This has been an interesting experiment, and I don’t know what I’m going to do going forward, but I’m 95% sure I’m going to continue a pescetarian lifestyle. At least through until the end of April. It will be hard to say no to my mom’s amazing roast beef dinners, or my dad’s honey-glazed duck, and I’m not exactly sure how I’ll deal with the temptation of the food in Las Vegas when I’m there in May (am I really going to say no to a burger from In-n-Out?) … but for now, I’m not craving meat at all. And I feel so much better, lighter, and energetic. :)

Here are a few pictures of the food I’ve eaten over the month:

Author: Krystal Yee

I’m a personal finance blogger and marketing professional based in Vancouver. I’m a former Toronto Star (Moneyville) columnist, author of The Beginner’s Guide to Saving and Investing, and co-founder of the Canadian Personal Finance Conference. When I’m not working, you can usually find me running, climbing, playing field hockey, or plotting my next adventure.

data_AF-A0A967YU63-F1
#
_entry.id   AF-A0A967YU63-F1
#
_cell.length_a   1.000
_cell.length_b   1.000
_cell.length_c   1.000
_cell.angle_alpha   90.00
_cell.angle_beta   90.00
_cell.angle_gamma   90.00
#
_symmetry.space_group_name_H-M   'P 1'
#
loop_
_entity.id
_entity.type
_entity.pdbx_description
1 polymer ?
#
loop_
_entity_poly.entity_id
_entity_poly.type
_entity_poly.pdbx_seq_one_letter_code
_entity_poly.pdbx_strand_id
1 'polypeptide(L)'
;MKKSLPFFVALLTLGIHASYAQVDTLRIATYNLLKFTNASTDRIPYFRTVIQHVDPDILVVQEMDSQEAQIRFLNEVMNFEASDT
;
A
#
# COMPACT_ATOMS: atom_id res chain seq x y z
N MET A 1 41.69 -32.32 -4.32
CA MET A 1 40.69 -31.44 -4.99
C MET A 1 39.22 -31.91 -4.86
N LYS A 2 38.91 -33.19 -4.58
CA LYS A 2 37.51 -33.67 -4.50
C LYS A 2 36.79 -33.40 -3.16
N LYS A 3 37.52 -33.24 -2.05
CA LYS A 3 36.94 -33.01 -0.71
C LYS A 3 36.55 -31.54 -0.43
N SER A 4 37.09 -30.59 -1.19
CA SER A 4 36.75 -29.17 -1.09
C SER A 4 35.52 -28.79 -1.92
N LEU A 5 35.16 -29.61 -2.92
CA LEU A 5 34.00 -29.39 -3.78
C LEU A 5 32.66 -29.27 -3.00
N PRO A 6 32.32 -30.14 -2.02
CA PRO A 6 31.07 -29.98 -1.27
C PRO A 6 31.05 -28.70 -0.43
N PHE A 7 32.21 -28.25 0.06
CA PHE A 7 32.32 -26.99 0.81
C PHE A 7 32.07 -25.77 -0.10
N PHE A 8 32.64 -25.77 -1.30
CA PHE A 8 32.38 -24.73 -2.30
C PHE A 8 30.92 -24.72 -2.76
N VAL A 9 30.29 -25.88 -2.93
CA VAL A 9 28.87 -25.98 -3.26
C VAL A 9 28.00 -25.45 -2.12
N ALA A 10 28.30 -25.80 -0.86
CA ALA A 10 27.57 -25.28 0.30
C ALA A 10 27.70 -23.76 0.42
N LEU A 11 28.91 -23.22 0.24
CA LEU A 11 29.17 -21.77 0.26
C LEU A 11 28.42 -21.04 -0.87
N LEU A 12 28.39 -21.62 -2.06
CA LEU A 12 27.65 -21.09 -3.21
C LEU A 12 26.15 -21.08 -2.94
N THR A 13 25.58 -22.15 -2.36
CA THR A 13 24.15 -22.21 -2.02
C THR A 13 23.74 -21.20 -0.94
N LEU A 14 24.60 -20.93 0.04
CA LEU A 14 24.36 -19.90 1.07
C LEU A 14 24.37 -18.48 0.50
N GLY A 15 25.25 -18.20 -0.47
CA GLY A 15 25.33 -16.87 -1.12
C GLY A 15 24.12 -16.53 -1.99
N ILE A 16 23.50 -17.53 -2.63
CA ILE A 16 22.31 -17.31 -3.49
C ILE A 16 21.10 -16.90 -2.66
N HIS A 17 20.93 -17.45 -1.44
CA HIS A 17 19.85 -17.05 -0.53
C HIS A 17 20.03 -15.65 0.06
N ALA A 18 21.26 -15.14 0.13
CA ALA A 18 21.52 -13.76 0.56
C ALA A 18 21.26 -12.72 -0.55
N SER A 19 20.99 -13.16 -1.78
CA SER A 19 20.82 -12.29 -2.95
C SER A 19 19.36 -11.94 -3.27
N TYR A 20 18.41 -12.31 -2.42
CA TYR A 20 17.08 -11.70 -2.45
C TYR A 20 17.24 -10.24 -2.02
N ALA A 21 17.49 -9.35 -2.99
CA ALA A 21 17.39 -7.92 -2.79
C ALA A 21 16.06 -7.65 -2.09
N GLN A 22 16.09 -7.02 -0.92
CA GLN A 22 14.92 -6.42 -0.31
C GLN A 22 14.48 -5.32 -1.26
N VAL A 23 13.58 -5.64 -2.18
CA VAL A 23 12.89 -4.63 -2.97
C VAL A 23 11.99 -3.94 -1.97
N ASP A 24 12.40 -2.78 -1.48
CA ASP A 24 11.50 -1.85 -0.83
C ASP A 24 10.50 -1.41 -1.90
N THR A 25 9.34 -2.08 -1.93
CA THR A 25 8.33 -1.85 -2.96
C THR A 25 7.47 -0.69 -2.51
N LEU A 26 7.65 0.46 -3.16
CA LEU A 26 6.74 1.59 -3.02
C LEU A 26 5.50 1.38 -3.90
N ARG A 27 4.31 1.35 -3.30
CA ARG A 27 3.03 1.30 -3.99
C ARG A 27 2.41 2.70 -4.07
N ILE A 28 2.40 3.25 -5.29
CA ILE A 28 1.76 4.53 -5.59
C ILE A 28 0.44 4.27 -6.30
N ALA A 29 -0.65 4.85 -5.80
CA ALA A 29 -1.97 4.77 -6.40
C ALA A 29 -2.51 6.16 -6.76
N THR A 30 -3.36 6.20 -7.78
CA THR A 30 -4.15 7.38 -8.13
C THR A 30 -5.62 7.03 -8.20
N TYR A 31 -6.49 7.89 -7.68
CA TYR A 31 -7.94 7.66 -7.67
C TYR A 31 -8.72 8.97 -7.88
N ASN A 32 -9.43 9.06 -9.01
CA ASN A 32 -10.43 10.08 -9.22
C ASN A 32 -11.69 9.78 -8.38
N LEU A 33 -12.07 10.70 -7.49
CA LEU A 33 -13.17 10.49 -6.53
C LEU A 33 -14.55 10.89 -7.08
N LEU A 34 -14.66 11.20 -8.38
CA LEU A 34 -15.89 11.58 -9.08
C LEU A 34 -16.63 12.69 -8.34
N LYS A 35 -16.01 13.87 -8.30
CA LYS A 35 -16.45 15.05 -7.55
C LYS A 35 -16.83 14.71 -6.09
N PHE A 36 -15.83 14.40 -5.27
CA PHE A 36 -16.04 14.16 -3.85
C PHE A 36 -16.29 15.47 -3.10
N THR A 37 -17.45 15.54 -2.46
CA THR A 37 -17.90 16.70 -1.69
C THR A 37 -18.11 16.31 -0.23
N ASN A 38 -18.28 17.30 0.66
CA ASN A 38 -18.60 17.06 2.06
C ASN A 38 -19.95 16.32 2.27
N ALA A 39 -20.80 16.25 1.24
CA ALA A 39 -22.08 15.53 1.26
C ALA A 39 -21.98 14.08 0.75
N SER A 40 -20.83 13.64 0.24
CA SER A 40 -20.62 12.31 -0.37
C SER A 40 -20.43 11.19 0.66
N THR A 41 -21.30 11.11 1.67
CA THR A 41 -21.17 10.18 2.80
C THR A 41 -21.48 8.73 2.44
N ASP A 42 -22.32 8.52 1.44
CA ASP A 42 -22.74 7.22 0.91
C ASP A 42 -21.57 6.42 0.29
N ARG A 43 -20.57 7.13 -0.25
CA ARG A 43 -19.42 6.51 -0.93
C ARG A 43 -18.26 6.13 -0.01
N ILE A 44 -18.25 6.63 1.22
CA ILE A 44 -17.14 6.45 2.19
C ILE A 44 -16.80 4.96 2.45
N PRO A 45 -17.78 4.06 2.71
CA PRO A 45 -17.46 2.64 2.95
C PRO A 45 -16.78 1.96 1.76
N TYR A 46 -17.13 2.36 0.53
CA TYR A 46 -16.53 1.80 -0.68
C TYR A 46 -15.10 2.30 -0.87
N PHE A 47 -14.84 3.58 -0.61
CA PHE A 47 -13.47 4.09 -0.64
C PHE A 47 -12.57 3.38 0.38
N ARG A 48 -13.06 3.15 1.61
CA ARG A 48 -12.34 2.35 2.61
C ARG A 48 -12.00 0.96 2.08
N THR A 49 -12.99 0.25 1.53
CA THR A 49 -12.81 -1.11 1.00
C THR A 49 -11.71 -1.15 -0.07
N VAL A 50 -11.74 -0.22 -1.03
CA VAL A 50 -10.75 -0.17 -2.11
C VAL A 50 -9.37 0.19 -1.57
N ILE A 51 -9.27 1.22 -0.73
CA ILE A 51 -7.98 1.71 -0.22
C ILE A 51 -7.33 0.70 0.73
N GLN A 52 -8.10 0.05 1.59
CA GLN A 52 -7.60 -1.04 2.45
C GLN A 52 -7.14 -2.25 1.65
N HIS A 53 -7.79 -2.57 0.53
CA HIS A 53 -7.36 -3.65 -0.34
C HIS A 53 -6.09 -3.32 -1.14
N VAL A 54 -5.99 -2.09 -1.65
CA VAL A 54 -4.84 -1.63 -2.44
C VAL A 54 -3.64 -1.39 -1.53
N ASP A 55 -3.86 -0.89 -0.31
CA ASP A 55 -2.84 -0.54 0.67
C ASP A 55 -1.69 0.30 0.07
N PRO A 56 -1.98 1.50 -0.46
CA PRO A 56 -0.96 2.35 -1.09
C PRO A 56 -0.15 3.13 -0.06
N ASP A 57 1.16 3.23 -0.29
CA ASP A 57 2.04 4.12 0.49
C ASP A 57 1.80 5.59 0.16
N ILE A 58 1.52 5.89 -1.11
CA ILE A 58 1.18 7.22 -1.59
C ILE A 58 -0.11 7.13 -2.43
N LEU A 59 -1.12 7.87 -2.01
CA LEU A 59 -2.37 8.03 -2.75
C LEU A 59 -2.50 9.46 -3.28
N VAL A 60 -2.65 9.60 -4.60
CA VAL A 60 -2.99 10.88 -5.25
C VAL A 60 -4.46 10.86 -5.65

1. Good for you! Thanks for sharing your results with this experiment. I think I could give up beef, but my husband is a definite meat eater and it is hard to always come up with meals for two that are always going to be different.

  2. Michelle says:

    Glad to hear its going well Krystal! I’ve noticed that I’ve had more energy by cutting out dairy and meat as well. I haven’t tried Kale chips yet but my friends swear they are the best thing and easy to make. My lunches have been soy milk smoothies with banana, carrots, frozen raspberries and protein powder.